Justia Alaska Supreme Court Opinion SummariesArticles Posted in Non-Profit Corporations
Sulzbach v. City & Borough of Sitka, et al.
The City and Borough of Sitka, Alaska allowed an independent nonprofit organization to host a public event at a city facility. The nonprofit organization arranged for a volunteer to hang decorations in the facility; a decoration fell, injuring an event participant. The injured participant sued the City, but not the nonprofit organization, for negligence. The City brought a third-party allocation of fault claim against the volunteer. The parties sought summary judgment, and the trial court concluded that, under federal law, the volunteer could not be held financially responsible for the accident and that the City could not be held vicariously liable for the volunteer’s actions. The remaining negligence issues were decided at a jury trial; the jury determined that the volunteer and the city had not been negligent and therefore were not liable for the accident. The event participant appealed. Finding no reversible error, the Alaska Supreme Court affirmed the trial court judgment. View "Sulzbach v. City & Borough of Sitka, et al." on Justia Law
Fairbanks North Star Borough v. Victory Ministries of Alaska, Inc., et al.
The Fairbanks North Star Borough partially revoked a local ministry’s charitable property tax exemption after learning that the ministry was renting lodging to the general public. The ministry appealed the Borough’s decision to the superior court. The court remanded the issue to the Borough’s assessor for more detailed findings, instructed the ministry that any appeal following remand should be made to the Board of Equalization rather than superior court, and closed the case. The assessor issued new findings justifying the partial revocation of the tax exemption, and the ministry appealed to both the Board and the superior court (in a different case). The ministry also filed a motion in the first appeal asking the superior court to enforce its order instructing that appeals be made to the Board. The superior court issued a sua sponte order granting the ministry’s first appeal on the merits, finding “that the assessor [did not] rely on sufficient evidence to revoke [the ministry’s] tax exempt status.” The Borough appealed. The Alaska Supreme Court concluded that following remand, supplemental Board findings, and a new appeal from those findings, the superior court lacked the subject matter jurisdiction to decide the ministry’s first appeal on the merits. The Supreme Court therefore vacate its decision granting Victory’s appeal. View "Fairbanks North Star Borough v. Victory Ministries of Alaska, Inc., et al." on Justia Law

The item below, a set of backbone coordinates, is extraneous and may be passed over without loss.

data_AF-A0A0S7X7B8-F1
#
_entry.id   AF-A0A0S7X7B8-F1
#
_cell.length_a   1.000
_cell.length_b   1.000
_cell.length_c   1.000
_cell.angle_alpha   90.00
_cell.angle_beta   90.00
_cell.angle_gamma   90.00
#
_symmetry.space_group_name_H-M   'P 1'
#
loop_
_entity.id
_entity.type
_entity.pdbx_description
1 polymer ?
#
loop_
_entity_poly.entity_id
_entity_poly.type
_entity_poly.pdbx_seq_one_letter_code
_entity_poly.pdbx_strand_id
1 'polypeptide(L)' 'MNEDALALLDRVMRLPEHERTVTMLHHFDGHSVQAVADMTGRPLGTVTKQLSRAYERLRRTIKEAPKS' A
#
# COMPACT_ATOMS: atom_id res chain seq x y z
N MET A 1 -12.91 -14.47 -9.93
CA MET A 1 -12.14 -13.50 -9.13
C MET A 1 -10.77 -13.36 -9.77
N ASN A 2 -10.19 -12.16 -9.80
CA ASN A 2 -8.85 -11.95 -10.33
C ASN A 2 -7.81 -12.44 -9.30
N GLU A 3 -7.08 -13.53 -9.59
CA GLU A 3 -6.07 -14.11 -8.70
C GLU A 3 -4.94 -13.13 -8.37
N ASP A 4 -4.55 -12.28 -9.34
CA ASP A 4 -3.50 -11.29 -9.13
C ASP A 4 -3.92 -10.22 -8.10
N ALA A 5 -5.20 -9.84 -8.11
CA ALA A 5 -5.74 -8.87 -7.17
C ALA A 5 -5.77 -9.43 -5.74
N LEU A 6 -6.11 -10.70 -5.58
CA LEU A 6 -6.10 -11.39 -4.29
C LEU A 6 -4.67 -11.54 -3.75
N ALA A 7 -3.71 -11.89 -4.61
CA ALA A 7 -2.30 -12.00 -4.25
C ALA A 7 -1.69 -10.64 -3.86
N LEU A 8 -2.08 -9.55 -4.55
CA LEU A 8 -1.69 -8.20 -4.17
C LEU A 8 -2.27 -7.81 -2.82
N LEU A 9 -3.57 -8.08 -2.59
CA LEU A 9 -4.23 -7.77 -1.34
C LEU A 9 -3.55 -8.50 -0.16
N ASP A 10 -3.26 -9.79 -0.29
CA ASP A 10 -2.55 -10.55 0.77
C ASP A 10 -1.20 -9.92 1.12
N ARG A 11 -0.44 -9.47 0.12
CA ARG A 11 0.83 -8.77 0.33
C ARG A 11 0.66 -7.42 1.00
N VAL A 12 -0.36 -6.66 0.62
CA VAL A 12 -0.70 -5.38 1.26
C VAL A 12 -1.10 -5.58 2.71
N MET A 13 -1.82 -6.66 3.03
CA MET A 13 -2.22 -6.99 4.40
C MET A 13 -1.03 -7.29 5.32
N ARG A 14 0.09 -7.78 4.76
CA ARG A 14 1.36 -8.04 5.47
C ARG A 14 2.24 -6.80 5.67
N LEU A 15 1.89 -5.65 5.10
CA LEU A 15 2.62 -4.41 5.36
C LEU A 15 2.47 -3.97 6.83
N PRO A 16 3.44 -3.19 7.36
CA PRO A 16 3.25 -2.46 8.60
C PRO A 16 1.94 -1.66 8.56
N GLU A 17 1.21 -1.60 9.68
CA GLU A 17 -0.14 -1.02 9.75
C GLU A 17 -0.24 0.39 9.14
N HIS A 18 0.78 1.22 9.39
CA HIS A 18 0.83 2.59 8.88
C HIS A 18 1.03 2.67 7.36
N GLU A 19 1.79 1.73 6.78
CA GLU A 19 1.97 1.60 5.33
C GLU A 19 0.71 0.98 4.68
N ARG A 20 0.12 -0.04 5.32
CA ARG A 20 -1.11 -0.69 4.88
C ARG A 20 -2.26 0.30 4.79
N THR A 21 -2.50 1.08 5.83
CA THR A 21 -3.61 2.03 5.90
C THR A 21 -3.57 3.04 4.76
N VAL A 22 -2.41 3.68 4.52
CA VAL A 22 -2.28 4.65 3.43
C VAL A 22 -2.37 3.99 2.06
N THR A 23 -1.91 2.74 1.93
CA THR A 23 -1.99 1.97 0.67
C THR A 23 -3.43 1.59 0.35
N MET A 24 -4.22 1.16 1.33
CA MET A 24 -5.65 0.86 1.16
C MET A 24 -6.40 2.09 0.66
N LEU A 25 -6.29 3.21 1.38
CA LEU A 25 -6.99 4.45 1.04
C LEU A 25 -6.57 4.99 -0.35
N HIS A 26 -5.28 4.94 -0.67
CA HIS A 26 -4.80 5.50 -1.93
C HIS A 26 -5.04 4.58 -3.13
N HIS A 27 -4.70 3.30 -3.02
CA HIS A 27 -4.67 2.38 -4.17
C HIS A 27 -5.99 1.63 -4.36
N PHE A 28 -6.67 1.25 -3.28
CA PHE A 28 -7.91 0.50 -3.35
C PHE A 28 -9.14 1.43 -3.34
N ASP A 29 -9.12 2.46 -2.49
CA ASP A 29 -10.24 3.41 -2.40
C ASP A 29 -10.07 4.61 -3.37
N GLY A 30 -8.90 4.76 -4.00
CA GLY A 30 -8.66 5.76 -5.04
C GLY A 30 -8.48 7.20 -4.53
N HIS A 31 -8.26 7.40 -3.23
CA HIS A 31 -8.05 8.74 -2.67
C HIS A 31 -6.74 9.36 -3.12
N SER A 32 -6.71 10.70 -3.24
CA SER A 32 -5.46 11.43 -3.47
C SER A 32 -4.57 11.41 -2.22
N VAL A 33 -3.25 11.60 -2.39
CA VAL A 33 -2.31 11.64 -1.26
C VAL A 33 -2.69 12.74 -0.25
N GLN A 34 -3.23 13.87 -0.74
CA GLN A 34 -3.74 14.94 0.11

Farthest North Girl Scout Council v. Girl Scouts of the United States of America
The Board of Directors of the Girl Scouts of the United States of America increased the amount of annual membership dues. Farthest North Girl Scout Council, its executive director, and the chair of its board of directors challenged this increase, claiming that the corporation’s governing documents did not give the Board authority to increase membership dues. The superior court denied Farthest North’s motion for summary judgment, ruling in favor of the Girl Scouts of the United States of America that the Board had such authority. The Alaska Supreme Court disagreed, finding the corporate governing documents vested authority to establish membership dues solely in the National Council of the Girl Scouts of the United States of America. View "Farthest North Girl Scout Council v. Girl Scouts of the United States of America" on Justia Law
DenÃ¡ NenÃ¡ Henash v. Fairbanks North Star Borough
Native nonprofit corporation Dena Nena Henash (d/b/a Tanana Chiefs Conference) applied to the Fairbanks North Star borough assessor for charitable-purpose tax exemptions on several of its properties. The assessor denied exemptions for five of the parcels, concluding that they did not meet the exemption’s requirements. The superior court affirmed the denial as to four of the properties and remanded the case for consideration of one property back to the assessor, who granted the exemption. The Nonprofit appealed the denial of exemptions for three of the remaining properties plus a portion of the fourth, and appealed the superior court’s award of attorney’s fees to the Borough. Because the properties in question were used exclusively for charitable purposes, the Supreme Court reversed the assessor’s determination on the four appealed properties, vacated the attorney’s fees award, and remanded for an award of fees. View "DenÃ¡ NenÃ¡ Henash v. Fairbanks North Star Borough" on Justia Law